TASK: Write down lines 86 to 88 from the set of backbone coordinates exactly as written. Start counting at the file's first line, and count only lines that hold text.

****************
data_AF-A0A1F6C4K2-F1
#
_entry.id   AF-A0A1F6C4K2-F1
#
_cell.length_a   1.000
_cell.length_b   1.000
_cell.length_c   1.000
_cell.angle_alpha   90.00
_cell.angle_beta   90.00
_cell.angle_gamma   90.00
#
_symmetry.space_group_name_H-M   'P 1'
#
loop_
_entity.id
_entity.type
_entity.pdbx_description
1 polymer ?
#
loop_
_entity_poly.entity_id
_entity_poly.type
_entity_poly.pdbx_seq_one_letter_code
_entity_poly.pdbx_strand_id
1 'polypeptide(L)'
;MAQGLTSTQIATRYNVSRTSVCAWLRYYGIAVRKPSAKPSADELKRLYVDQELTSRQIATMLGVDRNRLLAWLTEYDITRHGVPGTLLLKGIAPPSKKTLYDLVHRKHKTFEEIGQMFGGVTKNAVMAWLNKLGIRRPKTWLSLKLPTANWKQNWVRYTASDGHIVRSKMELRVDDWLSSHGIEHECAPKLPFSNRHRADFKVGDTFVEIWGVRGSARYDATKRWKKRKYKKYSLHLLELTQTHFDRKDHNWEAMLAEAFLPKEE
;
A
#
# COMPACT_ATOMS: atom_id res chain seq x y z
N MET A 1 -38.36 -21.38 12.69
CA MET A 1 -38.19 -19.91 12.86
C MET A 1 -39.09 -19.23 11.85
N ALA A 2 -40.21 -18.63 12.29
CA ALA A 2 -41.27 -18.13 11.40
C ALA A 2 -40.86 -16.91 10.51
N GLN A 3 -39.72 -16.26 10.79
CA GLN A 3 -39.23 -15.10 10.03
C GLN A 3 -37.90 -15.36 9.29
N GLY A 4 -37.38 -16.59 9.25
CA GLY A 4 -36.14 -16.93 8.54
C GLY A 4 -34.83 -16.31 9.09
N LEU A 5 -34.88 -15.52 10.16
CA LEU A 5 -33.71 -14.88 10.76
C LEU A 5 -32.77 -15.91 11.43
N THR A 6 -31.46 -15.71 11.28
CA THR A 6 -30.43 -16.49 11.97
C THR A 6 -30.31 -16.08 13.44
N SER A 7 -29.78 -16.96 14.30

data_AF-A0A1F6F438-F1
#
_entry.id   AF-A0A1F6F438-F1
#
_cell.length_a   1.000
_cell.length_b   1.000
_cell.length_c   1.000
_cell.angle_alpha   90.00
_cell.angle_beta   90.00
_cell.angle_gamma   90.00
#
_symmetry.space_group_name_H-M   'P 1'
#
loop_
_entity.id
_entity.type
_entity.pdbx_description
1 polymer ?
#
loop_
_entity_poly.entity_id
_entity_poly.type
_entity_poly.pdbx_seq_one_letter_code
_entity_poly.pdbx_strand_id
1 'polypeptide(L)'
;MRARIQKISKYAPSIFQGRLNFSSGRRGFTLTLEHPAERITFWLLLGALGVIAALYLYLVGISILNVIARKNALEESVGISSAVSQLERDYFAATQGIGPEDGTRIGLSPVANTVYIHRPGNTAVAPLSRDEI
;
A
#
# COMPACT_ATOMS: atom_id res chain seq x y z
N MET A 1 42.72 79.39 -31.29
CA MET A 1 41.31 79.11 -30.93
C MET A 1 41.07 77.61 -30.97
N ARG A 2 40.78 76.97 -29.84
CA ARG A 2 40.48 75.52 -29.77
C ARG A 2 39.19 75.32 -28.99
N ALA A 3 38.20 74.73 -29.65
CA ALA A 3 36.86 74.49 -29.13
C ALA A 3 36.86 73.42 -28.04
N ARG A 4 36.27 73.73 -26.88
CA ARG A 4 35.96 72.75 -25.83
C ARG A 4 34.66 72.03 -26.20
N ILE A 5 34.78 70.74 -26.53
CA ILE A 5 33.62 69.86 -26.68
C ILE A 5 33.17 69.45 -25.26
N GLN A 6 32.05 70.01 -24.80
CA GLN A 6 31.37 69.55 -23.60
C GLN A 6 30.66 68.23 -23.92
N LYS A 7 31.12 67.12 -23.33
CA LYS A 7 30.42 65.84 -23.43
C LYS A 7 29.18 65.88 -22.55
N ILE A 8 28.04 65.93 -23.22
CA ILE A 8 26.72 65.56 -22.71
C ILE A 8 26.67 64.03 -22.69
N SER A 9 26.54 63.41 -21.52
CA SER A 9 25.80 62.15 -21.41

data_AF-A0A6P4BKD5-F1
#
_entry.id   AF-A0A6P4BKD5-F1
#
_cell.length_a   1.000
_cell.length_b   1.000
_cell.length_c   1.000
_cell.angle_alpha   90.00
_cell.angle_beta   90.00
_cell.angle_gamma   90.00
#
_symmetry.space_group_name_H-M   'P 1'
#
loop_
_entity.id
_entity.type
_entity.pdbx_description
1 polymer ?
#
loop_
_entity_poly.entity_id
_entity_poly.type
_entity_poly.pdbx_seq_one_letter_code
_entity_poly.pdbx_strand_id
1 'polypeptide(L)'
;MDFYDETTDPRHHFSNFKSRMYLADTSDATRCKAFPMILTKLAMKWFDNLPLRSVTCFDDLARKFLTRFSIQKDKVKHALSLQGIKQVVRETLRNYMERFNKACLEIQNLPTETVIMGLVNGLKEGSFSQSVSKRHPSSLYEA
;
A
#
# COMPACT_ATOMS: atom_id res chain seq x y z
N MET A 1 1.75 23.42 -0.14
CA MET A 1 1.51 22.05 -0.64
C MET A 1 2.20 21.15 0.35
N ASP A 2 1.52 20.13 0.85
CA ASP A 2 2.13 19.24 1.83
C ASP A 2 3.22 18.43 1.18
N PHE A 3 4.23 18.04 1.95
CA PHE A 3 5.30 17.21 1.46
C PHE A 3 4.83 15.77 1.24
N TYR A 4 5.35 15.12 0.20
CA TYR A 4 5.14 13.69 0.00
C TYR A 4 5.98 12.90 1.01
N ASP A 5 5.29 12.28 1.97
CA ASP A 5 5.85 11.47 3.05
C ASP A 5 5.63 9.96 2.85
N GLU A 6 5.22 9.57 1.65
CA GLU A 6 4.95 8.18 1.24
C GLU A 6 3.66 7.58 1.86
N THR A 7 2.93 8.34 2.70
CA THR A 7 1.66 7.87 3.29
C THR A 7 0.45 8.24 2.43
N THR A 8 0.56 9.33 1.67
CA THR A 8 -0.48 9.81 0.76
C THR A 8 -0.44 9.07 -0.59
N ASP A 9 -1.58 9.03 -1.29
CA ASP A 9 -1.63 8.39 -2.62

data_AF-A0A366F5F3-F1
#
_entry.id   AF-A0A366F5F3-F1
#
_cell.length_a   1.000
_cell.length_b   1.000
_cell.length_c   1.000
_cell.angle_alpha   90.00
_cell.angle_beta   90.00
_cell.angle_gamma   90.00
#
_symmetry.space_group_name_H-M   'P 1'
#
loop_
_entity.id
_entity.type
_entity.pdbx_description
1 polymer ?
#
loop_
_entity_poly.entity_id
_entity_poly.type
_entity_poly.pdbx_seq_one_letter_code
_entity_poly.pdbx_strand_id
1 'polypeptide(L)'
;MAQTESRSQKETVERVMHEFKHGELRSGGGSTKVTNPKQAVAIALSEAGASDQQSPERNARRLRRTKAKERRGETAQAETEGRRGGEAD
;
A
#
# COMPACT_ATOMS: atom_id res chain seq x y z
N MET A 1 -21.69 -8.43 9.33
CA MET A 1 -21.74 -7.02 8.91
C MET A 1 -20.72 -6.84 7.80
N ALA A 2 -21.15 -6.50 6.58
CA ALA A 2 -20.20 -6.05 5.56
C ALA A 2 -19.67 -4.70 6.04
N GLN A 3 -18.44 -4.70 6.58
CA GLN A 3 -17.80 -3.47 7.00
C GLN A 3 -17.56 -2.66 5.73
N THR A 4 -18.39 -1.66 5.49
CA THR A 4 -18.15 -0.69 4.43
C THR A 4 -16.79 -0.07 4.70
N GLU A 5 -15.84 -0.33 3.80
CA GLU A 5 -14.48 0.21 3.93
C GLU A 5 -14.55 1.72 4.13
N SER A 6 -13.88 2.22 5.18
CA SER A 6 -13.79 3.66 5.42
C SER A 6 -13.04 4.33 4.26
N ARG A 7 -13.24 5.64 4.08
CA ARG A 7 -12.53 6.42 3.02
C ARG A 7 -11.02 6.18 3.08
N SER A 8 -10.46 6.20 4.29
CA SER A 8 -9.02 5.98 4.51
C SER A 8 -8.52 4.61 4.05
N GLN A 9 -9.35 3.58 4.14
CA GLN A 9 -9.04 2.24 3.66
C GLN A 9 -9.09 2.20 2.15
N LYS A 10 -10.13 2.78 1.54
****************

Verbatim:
N ALA A 3 38.20 74.73 -29.65
CA ALA A 3 36.86 74.49 -29.13
C ALA A 3 36.86 73.42 -28.04